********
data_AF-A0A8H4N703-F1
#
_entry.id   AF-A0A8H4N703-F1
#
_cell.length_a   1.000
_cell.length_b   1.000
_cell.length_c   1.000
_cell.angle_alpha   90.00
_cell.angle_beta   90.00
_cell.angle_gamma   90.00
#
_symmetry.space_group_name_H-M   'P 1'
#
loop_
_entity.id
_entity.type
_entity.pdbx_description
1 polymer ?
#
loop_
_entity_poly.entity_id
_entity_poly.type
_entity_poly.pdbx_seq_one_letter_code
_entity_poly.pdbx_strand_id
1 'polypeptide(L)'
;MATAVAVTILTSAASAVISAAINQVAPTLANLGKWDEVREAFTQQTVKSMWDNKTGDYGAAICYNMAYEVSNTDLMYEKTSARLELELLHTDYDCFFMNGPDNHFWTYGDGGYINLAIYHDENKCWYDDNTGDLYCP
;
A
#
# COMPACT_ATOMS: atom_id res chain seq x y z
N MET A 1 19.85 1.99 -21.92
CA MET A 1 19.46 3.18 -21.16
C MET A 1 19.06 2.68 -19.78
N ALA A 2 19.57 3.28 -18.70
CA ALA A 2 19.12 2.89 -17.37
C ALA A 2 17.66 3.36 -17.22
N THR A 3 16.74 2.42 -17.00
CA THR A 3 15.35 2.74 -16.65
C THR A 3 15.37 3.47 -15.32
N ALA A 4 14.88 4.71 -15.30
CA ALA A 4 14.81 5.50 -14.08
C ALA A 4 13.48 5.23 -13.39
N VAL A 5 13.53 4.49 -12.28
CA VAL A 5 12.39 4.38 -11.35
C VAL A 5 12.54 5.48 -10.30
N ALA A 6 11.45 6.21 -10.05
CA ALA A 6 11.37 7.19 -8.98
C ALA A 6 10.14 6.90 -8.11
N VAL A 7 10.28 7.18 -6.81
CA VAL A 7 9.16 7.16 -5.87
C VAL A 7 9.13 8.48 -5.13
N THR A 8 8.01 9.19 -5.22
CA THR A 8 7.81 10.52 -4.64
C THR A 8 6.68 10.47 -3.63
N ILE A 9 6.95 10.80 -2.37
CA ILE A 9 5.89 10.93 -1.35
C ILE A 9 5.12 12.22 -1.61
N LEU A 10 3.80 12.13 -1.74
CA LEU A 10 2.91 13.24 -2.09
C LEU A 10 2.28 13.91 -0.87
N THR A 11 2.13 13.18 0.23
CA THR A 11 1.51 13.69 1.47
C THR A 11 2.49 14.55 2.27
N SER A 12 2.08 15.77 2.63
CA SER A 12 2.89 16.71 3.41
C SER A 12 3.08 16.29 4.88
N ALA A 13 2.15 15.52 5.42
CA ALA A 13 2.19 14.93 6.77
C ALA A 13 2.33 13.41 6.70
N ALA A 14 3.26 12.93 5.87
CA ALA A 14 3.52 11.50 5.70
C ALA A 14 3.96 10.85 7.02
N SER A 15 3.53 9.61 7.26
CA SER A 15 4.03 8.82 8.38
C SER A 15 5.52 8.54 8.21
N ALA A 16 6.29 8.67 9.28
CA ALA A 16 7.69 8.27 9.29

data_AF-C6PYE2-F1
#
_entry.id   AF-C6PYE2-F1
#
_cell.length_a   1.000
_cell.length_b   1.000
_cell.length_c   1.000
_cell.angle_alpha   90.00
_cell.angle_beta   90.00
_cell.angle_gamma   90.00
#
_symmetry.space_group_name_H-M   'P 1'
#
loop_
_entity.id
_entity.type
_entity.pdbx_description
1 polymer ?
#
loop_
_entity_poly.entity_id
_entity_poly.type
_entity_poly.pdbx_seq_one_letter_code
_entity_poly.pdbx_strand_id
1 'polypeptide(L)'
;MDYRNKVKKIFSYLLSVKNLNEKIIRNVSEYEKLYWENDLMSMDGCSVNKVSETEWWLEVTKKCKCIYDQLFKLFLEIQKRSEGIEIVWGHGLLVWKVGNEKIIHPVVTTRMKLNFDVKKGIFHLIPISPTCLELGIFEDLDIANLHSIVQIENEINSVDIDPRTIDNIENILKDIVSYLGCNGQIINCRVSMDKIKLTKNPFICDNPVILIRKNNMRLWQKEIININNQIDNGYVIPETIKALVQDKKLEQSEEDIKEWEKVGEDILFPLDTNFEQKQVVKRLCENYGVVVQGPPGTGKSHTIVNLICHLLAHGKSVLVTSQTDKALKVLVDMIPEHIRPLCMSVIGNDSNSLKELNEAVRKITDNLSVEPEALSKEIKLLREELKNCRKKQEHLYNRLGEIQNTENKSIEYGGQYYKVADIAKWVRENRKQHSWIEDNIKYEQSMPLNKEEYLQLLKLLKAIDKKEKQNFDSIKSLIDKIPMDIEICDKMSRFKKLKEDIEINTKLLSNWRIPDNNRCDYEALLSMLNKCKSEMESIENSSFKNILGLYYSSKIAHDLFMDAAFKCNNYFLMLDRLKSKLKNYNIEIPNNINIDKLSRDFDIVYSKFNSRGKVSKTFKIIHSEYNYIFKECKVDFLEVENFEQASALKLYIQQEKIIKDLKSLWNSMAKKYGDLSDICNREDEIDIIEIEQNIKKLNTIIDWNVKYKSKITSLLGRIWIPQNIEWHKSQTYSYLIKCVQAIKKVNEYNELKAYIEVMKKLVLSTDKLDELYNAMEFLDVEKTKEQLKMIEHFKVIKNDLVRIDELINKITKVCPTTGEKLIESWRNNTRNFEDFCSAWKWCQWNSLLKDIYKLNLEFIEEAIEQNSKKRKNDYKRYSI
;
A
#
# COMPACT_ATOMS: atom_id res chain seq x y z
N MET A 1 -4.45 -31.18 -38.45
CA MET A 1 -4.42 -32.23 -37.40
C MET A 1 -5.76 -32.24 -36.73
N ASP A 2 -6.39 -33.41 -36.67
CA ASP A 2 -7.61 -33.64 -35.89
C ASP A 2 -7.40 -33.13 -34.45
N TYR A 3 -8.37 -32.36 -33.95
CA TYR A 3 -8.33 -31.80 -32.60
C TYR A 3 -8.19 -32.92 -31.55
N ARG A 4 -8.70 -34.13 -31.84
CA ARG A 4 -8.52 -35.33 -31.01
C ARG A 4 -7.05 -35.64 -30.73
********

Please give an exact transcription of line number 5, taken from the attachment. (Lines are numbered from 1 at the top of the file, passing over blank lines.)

_cell.length_a   1.000